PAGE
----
Price was referred to Barrow after suffering two serious seizures while volunteering at a children’s camp in Colorado this summer. His family was told by a neurosurgeon in Colorado that Dr. Spetzler was the only brain surgeon who could attempt to remove the entire malformation from Price’s brain. Price underwent a 12 hour brain surgery in addition to five other procedures at Barrow to successfully remove the entire AVM. 

“Nathanael’s treatment was very complex given the size and location of the AVM, and I am delighted at how well he is recovering,” says Dr. Spetzler, who is the director of Barrow and one of the world’s leading neurosurgeons.

Following surgery, Price underwent weeks of intensive physical, occupational and speech therapy in Barrow’s Neuro Rehab Center under the care of Christina Kwasnica, MD.   

“Nathanael is doing remarkably well considering the type of malformation he had,” says Dr. Kwasnica, who is the medical director of Barrow’s Neuro Rehab Center. “He’s growing stronger every day and I expect him to make an excellent recovery.” 

While undergoing therapy at Barrow, Price received a great surprise when he was invited to meet one of his favorite country music bands, the Zac Brown Band, before a concert in Phoenix. The band reached out to Price upon learning of his successful recovery. Now at home, Price is looking forward to spending Thanksgiving with his family.

“I have a whole new meaning of Thanksgiving,” says Price. “I suffered with the AVM for a long time and was told repeatedly that the entire lesion could not be safely removed. After years of searching, I’m thankful to have found a surgeon who would save my life.” 

The story was written by Carmelle Malkovich at Barrow Neurological Institute at St. Joseph’s Hospital and Medical Center.

 
WCHS wins Kelly Clarkson concert
Tuesday, November 26, 2013

Kenny Howell

Managing Editor

Kelly Clarkson will be playing a special concert for the students of Wilson Central High School this spring. 

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Large subdivision coming to north side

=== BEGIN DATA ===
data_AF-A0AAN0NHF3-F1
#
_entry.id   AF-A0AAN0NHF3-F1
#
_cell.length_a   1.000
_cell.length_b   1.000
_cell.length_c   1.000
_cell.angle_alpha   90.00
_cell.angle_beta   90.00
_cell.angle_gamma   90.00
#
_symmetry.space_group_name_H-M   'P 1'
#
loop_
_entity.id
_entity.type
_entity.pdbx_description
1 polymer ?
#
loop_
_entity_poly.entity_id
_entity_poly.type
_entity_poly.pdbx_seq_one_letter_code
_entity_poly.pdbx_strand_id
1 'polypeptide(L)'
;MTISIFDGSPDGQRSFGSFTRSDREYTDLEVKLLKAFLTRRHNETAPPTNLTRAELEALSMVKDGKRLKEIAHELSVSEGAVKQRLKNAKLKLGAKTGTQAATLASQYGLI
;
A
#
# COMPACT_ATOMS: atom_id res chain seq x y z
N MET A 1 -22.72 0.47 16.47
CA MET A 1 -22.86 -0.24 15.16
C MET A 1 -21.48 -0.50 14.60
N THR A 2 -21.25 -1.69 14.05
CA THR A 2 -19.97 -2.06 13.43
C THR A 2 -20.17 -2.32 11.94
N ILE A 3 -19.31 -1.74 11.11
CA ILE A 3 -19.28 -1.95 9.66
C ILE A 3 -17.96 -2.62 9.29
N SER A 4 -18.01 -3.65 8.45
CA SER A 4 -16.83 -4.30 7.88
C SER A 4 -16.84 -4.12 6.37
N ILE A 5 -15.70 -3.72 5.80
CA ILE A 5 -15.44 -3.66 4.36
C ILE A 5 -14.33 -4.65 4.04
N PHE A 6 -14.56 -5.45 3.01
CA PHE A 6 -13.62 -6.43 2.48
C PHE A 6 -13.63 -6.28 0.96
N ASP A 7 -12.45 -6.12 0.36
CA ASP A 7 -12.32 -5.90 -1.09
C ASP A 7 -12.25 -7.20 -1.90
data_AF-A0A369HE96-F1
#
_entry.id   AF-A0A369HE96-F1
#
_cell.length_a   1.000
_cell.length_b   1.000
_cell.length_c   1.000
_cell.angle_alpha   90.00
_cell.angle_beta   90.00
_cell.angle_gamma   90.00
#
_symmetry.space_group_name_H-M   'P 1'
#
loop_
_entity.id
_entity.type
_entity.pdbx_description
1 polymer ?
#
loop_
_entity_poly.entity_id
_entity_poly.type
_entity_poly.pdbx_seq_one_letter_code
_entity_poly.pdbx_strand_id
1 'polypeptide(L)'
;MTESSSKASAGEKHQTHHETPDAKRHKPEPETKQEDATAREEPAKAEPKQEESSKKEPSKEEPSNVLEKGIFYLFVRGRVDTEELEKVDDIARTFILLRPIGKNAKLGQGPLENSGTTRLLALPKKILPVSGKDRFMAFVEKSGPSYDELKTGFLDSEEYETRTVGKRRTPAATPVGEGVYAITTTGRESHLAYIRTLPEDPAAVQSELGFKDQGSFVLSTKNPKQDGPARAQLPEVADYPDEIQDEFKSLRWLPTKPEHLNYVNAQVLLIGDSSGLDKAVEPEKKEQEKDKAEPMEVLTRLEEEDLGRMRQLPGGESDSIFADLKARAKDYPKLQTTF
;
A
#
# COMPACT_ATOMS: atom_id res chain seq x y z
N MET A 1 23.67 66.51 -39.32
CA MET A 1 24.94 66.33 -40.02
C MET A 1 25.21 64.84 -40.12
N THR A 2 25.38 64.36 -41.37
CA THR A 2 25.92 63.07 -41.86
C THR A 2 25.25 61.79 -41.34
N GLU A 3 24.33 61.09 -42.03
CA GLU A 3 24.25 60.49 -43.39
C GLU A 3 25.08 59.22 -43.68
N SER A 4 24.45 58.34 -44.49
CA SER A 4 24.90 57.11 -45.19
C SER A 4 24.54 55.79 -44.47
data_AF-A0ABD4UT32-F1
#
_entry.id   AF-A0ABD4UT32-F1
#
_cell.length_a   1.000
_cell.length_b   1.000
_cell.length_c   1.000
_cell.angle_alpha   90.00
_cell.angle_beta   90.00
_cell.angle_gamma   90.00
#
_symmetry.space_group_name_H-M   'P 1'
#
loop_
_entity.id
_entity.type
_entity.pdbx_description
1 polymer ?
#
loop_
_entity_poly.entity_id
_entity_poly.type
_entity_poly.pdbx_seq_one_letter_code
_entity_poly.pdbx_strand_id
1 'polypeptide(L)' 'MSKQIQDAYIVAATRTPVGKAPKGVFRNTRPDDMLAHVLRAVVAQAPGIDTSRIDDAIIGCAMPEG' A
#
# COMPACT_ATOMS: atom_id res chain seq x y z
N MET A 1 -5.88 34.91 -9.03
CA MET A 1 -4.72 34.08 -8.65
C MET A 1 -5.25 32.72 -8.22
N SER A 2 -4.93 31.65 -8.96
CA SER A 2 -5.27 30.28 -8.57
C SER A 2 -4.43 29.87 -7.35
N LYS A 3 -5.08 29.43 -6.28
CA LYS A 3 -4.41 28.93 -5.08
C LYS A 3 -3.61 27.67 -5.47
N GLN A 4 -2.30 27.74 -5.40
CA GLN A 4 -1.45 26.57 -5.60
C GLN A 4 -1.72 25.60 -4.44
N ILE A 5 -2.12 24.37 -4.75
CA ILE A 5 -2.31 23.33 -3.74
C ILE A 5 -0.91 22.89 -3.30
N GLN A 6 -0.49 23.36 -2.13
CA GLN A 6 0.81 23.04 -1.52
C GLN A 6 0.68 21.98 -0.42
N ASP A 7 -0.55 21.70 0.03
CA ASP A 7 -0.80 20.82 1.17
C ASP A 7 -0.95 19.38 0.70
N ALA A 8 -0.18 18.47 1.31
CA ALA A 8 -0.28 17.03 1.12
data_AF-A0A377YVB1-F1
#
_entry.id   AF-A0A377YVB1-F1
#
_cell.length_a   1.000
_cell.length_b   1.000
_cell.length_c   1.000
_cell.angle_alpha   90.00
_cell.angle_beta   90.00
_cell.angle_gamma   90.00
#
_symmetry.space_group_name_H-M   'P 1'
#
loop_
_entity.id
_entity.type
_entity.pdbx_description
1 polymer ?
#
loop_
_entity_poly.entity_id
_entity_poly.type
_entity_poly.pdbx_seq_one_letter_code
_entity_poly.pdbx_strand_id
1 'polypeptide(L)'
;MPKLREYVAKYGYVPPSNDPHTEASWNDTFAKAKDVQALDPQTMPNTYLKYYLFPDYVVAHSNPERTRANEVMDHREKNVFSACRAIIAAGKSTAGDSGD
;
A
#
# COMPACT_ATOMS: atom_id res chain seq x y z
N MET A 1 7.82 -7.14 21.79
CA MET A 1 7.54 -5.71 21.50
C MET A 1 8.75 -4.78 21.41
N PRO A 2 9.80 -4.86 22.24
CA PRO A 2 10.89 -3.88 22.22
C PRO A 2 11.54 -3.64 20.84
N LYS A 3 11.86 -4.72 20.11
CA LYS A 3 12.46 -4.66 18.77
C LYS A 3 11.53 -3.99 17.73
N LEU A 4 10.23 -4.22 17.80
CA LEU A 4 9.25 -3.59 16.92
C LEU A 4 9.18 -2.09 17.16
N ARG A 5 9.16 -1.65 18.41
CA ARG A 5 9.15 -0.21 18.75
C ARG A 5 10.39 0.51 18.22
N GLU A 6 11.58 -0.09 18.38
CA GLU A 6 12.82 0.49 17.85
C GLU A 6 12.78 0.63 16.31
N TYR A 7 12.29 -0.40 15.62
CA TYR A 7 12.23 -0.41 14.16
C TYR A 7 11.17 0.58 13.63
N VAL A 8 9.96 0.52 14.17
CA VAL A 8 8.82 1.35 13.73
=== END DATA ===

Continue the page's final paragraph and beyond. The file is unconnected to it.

Tuesday, November 26, 2013

Kenny Howell

Managing Editor

A large new subdivision on the north side got the preliminary master development plan approved at the planning commission Thursday. 

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BOC approves money to convert Joy Church into new police station
Tuesday, November 26, 2013

Kenny Howell

Managing Editor

The Mt. Juliet Board of Commissioners approved $294,000 to convert the Joy Church property on Charlie Daniels Parkway to the new police station. 

The property was purchased by the City of Mt. Juliet for $1.5 million with plans to move the police department to that building, giving them more space, as well as City Hall which will take over the entire current building. Joy Church is currently building a new church near the corner of Benders Ferry Road and Lebanon Road. 

“I am reluctantly voting for it,” said Commissioner Jim Bradshaw. He had wanted to move City Hall to the facility, but it eventually got changed to the MJPD. Commissioner Ray Justice was happy about the move. 

“It enhances the park and enhances District 1,” said Justice. “I’m tickled about it.”

Mayor Ed Hagerty and Vice Mayor James Maness were concerned about the cost, because an original estimate was lower. 

The move solved a “$5 million problem.” An estimate a few years ago said that building a much needed new police station would cost the city $5 million. This move could end up just costing the city just under $2 million for the move.